Human resource is another challenge as the National Environment Management Council (NEMC) was found to have only five members of staff whose duty was to execute e-waste-related jobs all over the country.
"However, out of the five, only two of them received formal training on e-waste and attended workshops organised by TCRA [Tanzania Communications Regulatory Authority] and other stakeholders," reads the CAG report.
In addition, the audit found that local authorities had inadequate equipment and lacked protective gear for e-waste handlers.
It was also observed that even general dumpsites had no fence and that safety signs were missing, increasing threats to people's health and the environment.
Regarding strategies of minimising or managing e-waste, the audit report found that the VPO and NEMC strategies were unrealistic, having no formal systems of recording the amount of e-waste generated, collected and disposed in a specific period of time.
CAG concludes that despite efforts to improve the state of the environment, the government has failed to effectively manage the state of e-waste in the country.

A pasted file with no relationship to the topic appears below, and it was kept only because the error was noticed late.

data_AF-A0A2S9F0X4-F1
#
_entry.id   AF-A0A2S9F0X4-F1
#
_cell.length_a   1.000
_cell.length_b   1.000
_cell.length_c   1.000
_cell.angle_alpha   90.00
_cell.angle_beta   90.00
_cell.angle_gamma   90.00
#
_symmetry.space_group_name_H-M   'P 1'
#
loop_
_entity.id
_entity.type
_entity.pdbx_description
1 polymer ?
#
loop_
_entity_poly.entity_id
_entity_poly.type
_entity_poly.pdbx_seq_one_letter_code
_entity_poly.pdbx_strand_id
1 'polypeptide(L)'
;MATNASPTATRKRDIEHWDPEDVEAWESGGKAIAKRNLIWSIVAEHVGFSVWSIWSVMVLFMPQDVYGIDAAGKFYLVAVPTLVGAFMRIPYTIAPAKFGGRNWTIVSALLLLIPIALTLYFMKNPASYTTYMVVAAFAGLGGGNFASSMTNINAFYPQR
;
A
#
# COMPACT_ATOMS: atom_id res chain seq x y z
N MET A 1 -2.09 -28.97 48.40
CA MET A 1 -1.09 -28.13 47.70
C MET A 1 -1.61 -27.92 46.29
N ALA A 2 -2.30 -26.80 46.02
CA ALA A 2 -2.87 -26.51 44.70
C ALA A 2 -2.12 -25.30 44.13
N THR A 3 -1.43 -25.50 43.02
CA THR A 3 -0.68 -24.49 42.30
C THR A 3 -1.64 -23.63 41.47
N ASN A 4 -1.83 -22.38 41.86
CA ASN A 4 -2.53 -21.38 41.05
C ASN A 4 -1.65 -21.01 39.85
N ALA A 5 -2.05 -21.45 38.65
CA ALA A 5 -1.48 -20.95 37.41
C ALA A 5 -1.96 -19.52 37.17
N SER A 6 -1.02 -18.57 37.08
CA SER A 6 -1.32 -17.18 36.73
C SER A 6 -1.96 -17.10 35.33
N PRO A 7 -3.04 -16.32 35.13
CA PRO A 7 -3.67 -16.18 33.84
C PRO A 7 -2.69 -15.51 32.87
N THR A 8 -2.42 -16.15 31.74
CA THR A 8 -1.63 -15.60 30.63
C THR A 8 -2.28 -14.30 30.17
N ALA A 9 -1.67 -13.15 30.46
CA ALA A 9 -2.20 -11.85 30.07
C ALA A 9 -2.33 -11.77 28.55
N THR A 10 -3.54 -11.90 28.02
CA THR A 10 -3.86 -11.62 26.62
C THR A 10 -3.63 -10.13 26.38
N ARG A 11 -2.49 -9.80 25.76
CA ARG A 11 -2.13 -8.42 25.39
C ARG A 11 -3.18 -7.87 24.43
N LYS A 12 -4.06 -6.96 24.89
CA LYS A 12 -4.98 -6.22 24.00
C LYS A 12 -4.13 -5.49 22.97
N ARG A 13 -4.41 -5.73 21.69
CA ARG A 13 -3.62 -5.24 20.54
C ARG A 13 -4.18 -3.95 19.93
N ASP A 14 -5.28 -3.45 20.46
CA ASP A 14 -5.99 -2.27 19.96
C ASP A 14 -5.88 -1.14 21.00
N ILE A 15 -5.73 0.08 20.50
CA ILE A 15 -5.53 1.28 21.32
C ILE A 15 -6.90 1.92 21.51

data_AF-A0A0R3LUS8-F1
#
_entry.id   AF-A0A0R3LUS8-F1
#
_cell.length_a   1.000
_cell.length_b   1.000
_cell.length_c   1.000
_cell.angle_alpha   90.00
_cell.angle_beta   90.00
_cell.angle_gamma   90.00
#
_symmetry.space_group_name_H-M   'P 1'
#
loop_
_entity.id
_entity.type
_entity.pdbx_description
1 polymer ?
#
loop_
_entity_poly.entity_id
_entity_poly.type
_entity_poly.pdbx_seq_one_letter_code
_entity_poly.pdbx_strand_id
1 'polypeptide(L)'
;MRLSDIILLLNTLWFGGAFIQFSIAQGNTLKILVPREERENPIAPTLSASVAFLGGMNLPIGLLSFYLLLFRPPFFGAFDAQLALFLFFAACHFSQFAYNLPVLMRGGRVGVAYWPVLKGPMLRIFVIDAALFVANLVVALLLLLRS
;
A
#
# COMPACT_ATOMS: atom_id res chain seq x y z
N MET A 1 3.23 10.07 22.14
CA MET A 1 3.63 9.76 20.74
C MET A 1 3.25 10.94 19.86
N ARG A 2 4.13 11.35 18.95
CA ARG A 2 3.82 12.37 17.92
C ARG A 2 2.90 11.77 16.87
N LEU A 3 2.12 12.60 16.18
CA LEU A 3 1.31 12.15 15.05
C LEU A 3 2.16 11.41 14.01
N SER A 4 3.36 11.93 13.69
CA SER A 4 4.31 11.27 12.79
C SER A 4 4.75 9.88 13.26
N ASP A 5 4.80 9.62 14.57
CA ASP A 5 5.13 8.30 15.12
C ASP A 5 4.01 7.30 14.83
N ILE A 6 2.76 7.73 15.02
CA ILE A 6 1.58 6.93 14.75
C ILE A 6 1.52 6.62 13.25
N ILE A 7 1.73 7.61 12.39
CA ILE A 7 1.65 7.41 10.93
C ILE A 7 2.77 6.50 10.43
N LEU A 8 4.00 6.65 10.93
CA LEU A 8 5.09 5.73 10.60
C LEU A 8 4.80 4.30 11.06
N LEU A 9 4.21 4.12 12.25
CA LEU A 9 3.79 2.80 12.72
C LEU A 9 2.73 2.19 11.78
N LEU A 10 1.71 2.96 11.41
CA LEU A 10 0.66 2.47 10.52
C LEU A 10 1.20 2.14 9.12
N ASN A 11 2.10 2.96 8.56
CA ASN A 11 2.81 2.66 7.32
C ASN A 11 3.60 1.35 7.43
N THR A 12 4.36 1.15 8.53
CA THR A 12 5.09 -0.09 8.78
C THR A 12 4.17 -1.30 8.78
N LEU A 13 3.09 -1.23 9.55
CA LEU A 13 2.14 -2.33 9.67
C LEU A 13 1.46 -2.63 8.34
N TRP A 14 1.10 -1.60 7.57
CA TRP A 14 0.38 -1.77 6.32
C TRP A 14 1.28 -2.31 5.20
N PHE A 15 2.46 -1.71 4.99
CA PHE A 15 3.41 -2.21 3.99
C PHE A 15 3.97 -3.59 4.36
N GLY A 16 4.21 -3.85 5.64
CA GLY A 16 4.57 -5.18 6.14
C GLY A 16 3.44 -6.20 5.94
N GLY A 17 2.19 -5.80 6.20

Despite entering into several international agreements on hazardous waste management, the government has no important instruments and strategies for managing e-waste to minimise its impacts on the environment and human health.
Specifically, the audit concludes that there was a need for NEMC and local authorities to improve their e-waste management through increased allocations of funds, human resources capacity building and provision of equipment to e-waste handlers.
The audit showed that there was a need to improve record-keeping in terms of the amount of e-waste generated, collected, transported, dismantled, recycled and disposed.
Policies to combat e-waste
Tanzania has no specific policy or regulation related to e-waste management.
However, there are a number of policies and regulations which aim at protecting the environment and human health.
Such policies are National Environment Policy (1997), the Sustainable Industrial Policy (1996) and National ICT Policy (2016).
As things stand, the report established that the preparation of e-waste working instruments was not participatory, and TCRA is being blamed for preparing the documents alone without involving other stakeholders.
There are no coordinated efforts to collect and disseminate e-waste statistics in the country.
So far, however, the National Bureau of Statistics in collaboration with the VPO, which is responsible for the environment in Tanzania, have started putting efforts on capacity building for data management on e-waste.